This Briefing Note was completed by the Research, Analysis, and Evaluation Branch (Ministry of Health) in collaboration with a member of the COVID-19 Evidence Synthesis Network. Please refer to the Methods section for further information.
This note provides a summary of planning approaches for vaccinating populations for COVID-19.
*The full version of the Briefing Note including Supporting Evidence and the Appendix can be accessed in the PDF file at the top of the page*
- Supply: Many countries have secured agreements for COVID-19 vaccines through a variety of mechanisms, including international alliances (e.g., COVAX), local public-private partnerships, and country agreements with vaccine producers.
- Distribution: Centralized distribution approaches will be used in Europe (via advanced purchase agreements with vaccine producers) and the US (to ship vaccines to administration sites), and Germany will use a decentralized approach via 60 country-wide distribution centres.
- Ordering/Tracking: In the US, the Vaccine Tracking System is a secure, web-based IT system that integrates the entire publicly funded vaccine supply chain.
- Allocation: Guidelines and jurisdictions suggest phased vaccination approaches: first starting with health care workers and vulnerable populations (e.g., essential workers, older adults, people experiencing homelessness, Indigenous communities), followed by expanded coverage for remaining populations.
- Administration: Site options vary across jurisdictions (e.g., pharmacies, nursing homes, physician clinics, hospitals, mobile clinics), and logistical challenges (e.g., monitoring, staff training) need to be considered.
- Workforce Capacity: In Quebec, physicians, nurses, pharmacists, respiratory therapists, and midwives can administer vaccines, and other providers are being requested (e.g., social workers, psychologists). The scope of practice will be expanded for pharmacists to administer vaccines in the US. European countries are encouraged to foster new recruitments and training programs, potentially involving students or retired staff.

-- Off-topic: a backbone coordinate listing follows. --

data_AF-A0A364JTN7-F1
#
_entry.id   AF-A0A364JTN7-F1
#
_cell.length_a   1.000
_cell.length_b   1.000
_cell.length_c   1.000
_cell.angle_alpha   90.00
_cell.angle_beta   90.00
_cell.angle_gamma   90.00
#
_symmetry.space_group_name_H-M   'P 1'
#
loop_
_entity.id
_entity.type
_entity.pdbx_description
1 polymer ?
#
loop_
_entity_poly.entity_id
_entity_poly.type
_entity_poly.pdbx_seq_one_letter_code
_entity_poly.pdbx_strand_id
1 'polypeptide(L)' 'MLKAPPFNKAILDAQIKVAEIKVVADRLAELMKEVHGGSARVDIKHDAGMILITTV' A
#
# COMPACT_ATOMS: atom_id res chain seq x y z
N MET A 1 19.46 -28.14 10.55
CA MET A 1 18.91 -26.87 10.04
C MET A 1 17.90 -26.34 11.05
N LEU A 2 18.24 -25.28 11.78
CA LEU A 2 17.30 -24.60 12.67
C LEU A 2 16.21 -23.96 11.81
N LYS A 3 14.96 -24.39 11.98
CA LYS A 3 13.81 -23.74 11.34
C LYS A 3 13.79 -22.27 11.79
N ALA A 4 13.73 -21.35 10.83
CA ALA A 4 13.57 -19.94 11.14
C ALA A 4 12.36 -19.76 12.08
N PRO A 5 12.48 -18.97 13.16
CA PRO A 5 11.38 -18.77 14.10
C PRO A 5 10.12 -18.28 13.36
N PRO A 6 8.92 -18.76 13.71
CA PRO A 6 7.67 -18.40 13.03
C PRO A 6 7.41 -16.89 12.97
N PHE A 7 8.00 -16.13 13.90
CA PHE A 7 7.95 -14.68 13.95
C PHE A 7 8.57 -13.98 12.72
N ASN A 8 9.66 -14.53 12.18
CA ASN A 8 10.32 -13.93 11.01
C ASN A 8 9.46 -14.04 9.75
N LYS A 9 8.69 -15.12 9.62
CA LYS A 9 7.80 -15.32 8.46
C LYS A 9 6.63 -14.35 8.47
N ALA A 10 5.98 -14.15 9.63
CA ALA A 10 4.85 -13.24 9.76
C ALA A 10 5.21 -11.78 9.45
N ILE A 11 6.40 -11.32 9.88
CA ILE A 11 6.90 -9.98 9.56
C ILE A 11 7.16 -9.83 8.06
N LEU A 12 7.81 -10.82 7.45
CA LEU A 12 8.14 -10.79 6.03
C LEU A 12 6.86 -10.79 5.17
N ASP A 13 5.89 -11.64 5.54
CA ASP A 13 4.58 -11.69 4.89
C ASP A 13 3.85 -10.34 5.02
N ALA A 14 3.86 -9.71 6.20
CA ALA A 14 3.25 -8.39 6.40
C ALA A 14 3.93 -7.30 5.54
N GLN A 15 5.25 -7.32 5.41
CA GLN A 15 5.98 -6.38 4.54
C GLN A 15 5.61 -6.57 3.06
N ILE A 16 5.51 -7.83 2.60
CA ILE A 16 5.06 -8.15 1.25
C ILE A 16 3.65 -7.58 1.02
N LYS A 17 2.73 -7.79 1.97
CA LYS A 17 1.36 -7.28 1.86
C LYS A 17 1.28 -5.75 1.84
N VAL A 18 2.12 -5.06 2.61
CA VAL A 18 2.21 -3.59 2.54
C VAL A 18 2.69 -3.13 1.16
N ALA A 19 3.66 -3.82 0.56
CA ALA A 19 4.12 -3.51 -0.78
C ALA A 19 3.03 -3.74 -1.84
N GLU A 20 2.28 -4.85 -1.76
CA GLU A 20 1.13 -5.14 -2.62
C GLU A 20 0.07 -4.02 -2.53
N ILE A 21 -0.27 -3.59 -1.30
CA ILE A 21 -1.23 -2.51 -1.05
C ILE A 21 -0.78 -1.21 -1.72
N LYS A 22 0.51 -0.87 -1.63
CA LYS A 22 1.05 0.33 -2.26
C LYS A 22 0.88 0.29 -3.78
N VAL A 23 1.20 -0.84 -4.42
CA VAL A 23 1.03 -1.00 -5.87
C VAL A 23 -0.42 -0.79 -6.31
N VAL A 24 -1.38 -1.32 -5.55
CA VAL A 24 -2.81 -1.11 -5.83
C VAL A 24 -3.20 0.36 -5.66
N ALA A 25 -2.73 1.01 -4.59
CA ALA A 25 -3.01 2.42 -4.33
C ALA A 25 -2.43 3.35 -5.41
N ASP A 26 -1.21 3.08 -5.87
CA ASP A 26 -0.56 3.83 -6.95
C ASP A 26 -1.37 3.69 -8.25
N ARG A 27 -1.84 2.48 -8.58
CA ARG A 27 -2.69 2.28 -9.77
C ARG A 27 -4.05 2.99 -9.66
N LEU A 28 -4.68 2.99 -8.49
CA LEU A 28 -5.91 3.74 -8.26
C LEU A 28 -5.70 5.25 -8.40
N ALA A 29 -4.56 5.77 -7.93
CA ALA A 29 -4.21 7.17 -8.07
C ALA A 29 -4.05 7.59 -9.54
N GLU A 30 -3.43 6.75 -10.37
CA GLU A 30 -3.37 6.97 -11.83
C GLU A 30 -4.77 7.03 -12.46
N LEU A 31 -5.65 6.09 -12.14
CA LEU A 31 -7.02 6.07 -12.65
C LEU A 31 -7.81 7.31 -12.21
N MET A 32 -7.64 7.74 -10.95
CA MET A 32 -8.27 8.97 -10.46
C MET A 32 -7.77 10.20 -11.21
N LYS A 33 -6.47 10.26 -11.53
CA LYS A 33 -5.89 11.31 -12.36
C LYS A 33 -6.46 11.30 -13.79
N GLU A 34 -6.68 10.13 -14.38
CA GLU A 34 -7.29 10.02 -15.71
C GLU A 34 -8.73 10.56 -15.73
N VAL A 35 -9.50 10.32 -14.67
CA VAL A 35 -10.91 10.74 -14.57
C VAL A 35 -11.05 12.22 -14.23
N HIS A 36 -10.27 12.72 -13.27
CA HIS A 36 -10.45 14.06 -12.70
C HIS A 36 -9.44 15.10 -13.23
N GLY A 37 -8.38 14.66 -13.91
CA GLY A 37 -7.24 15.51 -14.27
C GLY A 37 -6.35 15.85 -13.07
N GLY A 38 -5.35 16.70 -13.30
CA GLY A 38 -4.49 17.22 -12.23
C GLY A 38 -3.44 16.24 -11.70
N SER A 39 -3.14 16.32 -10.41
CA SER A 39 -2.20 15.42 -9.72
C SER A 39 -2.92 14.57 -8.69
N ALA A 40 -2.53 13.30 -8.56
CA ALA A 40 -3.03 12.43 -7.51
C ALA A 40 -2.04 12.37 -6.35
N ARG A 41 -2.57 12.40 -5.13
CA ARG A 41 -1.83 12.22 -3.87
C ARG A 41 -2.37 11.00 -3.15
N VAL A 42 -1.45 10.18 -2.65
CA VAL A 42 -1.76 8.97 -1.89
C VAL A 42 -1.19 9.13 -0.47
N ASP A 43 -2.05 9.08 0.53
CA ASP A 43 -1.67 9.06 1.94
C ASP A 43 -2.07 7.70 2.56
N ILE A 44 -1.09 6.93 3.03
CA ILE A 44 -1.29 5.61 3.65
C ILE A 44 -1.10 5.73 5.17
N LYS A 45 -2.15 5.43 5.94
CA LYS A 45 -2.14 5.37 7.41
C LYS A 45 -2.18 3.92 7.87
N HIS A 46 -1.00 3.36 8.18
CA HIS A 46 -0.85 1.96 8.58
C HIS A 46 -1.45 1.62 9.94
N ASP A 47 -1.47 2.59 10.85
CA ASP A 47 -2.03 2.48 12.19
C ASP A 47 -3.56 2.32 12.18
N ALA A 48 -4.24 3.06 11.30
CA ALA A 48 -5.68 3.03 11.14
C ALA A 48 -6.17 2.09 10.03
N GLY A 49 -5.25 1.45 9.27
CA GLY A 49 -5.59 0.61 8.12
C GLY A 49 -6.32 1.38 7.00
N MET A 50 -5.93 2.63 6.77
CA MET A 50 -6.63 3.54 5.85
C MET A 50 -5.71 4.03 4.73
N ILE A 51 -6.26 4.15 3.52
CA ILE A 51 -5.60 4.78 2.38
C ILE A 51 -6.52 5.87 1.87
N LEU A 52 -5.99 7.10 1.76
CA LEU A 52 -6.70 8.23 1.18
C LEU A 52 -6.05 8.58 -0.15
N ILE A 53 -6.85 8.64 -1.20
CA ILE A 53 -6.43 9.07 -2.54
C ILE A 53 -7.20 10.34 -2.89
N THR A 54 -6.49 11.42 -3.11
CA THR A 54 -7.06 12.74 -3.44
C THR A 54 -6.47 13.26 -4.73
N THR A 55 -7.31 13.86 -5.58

- Monitoring: Ontario and Manitoba participate in immunization surveillance systems. In the US and Europe, integrated IT systems will be developed and used to track purchasing, ordering, patient doses, and patient outcomes in compliance with data protection and privacy regulations.
- Communication: The US and Europe are enhancing partnerships and information campaigns to promote vaccine safety, efficacy, and acceptance. Reliable, frequent, and tailored information should be shared with communities through multiple media platforms (e.g., providers, social media).
- Performance Indicators: The WHO’s Vaccine Readiness Assessment Tool (VIRAT) provides a roadmap for countries to plan for COVID-19 vaccine introduction and a structured framework for countries to self-monitor their readiness progress against key milestones. The European Centre for Disease Prevention and Control’s guidance includes the development of performance indicators (e.g., coverage, safety).
Integrated vaccine responses are required within and across jurisdictions. Detailed scenarios should be planned for now based on prior vaccination campaigns and current COVID-19 research, but they may evolve as more information becomes available.
*The entirety of the Supporting Evidence section can be accessed in the PDF file located at the top of the page*
This section summarizes the scientific evidence and jurisdictional experiences regarding plans for vaccinating populations against COVID-19 in terms of: supply, allocation, ordering, distribution, inventory management, administration, and performance indicators. Jurisdictions reviewed include: Canada, Australia, France, Germany, Japan, Mexico, New Zealand, South Africa, Spain, United Kingdom (UK), and United States (US), as well as the World Health Organization (WHO) and European Commission.
The COVID-19 Evidence Synthesis Network is comprised of groups specializing in evidence synthesis and knowledge translation. The group has committed to provide their expertise to provide high-quality, relevant, and timely synthesized research evidence about COVID-19 to inform decision-makers as the pandemic continues. The following member of the Network provided an evidence synthesis product that was used to develop this Evidence Synthesis Briefing Note:
- Bhuiya AR, Wilson MG, Moat KA, Gauvin FP, Wang Q, Whitelaw S, Alam S, Sharma K, Ahmad A, Drakos A, Dren N, Bain T, Lavis JN. COVID-19 rapid evidence profile #23: What is known about anticipated COVID-19 vaccine-delivery program elements, and whether and how federated states are harmonizing these elements across constituent units of federations. Hamilton: McMaster Health Forum, 5 November 2020.